Juice is one of those early 90s films helped by Boyz N The Hood and later eclipsed by it. What Ernest R. Dickerson does with this film is present something that borders on realism and 1950s urban drama fantasy. You can trace the roots of the narrative presented here to Jimmy Cagney, 1950s problem movies and the Blaxploitation run. But, it lacks the urgency of any of them.
Ernest Dickerson does something with Juice that hasn’t been nailed down since the WB gangster pics of the 1930s. You take a fantasy of inner city dangers and present them in a way that is mainstream enough to be approachable. Think about how all of these gang movies are presented outside of the mafia. It’s urban youth who stumble into crime as an escape or a thing to fear.
The 1930s idolized it because Depression era youth needed an escape. The 1950s turned these same kids into something that polite society had to fear in the suburbs. Then, the 1970s had the Blaxploitation method turn the 1950s scaredy cats into the villains. When the 90s came for their turn at bat, not a ton had chance. Except for how America viewed Bishop, Q and the others.
Tupac Shakur made his feature film debut in Juice. So, why isn’t it better remembered? I mean I can still remember back when Juice first hit theaters and critics were claiming that Shakur could get an Oscar nomination. His Bishop is a villain the sense that Gordon Gecko or any other white criminal gets labeled a villain. They see the moment of opportunity and seize upon it.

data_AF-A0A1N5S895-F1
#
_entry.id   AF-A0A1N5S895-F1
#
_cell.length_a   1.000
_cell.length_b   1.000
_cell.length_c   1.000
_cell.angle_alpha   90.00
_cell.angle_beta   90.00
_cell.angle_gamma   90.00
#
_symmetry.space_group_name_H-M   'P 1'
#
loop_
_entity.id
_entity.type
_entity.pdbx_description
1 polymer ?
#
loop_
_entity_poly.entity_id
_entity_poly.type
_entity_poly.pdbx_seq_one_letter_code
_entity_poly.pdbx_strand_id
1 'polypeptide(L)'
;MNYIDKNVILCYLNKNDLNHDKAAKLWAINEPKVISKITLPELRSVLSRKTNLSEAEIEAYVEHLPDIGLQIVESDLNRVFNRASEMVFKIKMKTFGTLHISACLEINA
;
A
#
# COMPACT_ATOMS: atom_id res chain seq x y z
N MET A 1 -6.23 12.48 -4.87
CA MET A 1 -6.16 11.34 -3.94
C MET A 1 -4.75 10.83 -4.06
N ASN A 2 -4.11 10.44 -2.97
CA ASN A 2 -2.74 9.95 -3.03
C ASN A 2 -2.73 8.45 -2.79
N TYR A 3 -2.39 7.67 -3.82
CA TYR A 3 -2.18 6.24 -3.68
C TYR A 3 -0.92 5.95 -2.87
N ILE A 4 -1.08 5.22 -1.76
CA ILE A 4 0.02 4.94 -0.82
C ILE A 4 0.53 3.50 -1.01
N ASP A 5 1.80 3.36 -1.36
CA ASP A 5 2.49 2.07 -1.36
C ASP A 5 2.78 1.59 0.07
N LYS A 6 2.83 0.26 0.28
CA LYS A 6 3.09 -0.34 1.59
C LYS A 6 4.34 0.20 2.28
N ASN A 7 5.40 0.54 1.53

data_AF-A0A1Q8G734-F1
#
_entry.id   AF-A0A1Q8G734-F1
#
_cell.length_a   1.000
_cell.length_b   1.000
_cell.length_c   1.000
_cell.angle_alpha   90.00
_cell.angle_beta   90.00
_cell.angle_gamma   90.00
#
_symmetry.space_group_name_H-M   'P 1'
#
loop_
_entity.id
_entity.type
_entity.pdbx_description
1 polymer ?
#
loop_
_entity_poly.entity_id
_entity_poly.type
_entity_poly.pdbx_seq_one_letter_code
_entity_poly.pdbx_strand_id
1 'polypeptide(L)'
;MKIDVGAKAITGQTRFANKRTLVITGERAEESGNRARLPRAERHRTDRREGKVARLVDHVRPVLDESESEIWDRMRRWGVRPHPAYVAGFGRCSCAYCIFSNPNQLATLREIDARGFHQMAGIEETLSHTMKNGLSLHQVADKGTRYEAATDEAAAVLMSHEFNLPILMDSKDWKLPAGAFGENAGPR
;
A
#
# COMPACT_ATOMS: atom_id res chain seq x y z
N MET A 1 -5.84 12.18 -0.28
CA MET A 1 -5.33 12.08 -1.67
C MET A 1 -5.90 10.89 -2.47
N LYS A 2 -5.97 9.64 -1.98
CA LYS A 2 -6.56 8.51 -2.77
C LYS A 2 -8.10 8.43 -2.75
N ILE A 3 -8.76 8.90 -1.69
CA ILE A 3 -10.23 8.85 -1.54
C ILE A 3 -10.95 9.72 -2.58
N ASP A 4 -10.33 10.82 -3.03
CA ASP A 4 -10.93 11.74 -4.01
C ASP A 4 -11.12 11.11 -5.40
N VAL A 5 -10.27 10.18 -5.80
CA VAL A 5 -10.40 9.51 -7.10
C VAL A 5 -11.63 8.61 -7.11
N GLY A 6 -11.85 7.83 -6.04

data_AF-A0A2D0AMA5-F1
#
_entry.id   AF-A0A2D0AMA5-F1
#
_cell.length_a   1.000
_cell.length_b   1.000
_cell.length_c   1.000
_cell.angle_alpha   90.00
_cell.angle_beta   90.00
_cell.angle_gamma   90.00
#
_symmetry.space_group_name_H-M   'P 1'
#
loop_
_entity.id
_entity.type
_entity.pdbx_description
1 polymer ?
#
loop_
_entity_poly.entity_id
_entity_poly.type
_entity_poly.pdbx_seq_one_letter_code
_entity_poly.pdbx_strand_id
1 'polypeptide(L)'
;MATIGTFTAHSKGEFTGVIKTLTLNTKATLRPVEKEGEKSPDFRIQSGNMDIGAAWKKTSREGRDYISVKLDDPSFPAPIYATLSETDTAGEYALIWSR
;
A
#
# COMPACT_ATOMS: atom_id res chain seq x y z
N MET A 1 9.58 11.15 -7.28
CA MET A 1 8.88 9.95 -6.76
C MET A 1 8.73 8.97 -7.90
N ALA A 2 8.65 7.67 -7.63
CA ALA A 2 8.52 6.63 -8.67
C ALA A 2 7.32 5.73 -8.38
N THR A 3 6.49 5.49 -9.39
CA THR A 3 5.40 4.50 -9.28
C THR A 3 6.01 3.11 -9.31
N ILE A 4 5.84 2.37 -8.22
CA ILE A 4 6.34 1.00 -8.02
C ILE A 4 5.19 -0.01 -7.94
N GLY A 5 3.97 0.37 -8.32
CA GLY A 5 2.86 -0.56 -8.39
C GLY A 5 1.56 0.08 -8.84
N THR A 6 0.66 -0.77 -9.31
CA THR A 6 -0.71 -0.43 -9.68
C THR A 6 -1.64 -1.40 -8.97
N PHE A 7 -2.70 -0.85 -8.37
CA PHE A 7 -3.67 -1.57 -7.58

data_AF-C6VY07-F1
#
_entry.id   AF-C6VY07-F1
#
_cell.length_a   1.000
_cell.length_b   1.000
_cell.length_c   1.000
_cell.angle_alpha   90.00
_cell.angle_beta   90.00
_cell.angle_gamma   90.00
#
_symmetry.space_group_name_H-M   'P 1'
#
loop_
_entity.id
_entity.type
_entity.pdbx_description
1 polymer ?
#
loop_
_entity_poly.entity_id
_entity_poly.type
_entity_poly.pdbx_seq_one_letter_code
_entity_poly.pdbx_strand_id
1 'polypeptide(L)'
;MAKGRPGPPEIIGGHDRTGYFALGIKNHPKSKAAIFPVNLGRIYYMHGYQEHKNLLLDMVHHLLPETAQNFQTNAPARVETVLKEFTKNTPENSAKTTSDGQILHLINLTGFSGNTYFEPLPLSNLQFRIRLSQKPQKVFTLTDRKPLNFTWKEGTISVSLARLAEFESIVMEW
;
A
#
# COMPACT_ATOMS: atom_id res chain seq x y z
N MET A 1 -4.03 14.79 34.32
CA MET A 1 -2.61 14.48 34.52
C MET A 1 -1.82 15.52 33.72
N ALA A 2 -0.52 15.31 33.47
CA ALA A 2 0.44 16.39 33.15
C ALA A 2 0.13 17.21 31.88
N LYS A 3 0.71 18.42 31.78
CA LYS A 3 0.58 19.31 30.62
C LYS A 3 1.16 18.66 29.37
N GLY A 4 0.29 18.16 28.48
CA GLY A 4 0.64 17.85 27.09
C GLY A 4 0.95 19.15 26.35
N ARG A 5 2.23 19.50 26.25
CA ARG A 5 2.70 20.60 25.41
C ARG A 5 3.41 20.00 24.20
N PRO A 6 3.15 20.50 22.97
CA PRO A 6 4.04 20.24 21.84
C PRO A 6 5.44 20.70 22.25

Juice is a film about the business of surviving when so many just keep their heads above water. Q and the others want to stay out of trouble and see if they can have lives outside of the hood. Meanwhile, Bishop enjoys killing. It’s a mix of respect, but it’s also that survival instinct that comes from when a person has been stalked by too many other potential killers.
Early 90s urban cinema plays weird 30 years later, but you’re older than 25 and should realize that by now. Juice presents inner city strife and youth concerns in a way that makes it easier for a suburban and older audience to understand. Life is tough when you come from certain parts of America, but there are still good people not giving way to crime. It’s almost like Juice is trying to humanize people that your parents might not understand.
Does it gloss over certain aspects of the struggle? Certainly. It doesn’t matter how diverse you make a production, certain things do get sacrificed to make a dramatic story. While Demon Knight remains my favorite Dickerson movie, he manages to create something fascinating with Juice. It could easily be a Jimmy Cagney movie as much as standing on par with early Singleton work.
As time goes by, this film stand out more and more for me. It’s weird how the movies you couldn’t watch as a kid hit differently for you as an adult. The 4K pops in a way better than any Loews theater I would’ve seen Juice at back in 1992. But, that’s neither here nor there.
The Juice 4K UHD disc is pretty packed. Most of the special features originate from the 2017 Blu-ray. However, the 2160p transfer shines in true HDR and DolbyVision. The transfer plays pretty dark at times, but it holds up. What’s crazy is the DTS-HD 5.1 master audio track almost seems boxy in the back channels. Given the era, it wouldn’t have been a 5.1 mix, so I’m not quite sure what they could have done for the back channels.
Pingback: Escape from L.A. (1996) [4K UHD review] | AndersonVision